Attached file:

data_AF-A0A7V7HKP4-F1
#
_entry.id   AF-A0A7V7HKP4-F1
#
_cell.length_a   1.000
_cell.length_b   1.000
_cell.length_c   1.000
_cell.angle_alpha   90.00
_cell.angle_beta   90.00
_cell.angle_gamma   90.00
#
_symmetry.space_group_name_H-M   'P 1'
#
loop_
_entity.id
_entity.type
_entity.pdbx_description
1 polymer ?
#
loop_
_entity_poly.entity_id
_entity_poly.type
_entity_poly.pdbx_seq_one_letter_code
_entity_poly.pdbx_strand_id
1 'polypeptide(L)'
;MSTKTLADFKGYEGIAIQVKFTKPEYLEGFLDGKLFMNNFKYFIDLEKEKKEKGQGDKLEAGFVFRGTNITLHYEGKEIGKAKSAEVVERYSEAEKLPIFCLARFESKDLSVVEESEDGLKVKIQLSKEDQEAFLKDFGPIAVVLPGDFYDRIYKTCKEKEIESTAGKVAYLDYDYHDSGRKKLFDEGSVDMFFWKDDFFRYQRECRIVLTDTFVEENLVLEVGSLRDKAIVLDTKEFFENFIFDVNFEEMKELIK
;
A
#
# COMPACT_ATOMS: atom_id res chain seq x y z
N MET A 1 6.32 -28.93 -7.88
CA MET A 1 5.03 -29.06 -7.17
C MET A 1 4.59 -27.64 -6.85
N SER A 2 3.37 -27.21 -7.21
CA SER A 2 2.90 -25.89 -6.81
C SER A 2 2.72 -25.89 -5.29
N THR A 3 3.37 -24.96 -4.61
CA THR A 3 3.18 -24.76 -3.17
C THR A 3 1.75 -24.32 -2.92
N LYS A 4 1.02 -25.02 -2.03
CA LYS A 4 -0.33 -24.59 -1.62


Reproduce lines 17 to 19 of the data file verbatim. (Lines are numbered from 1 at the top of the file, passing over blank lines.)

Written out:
_entity.pdbx_description
1 polymer ?
#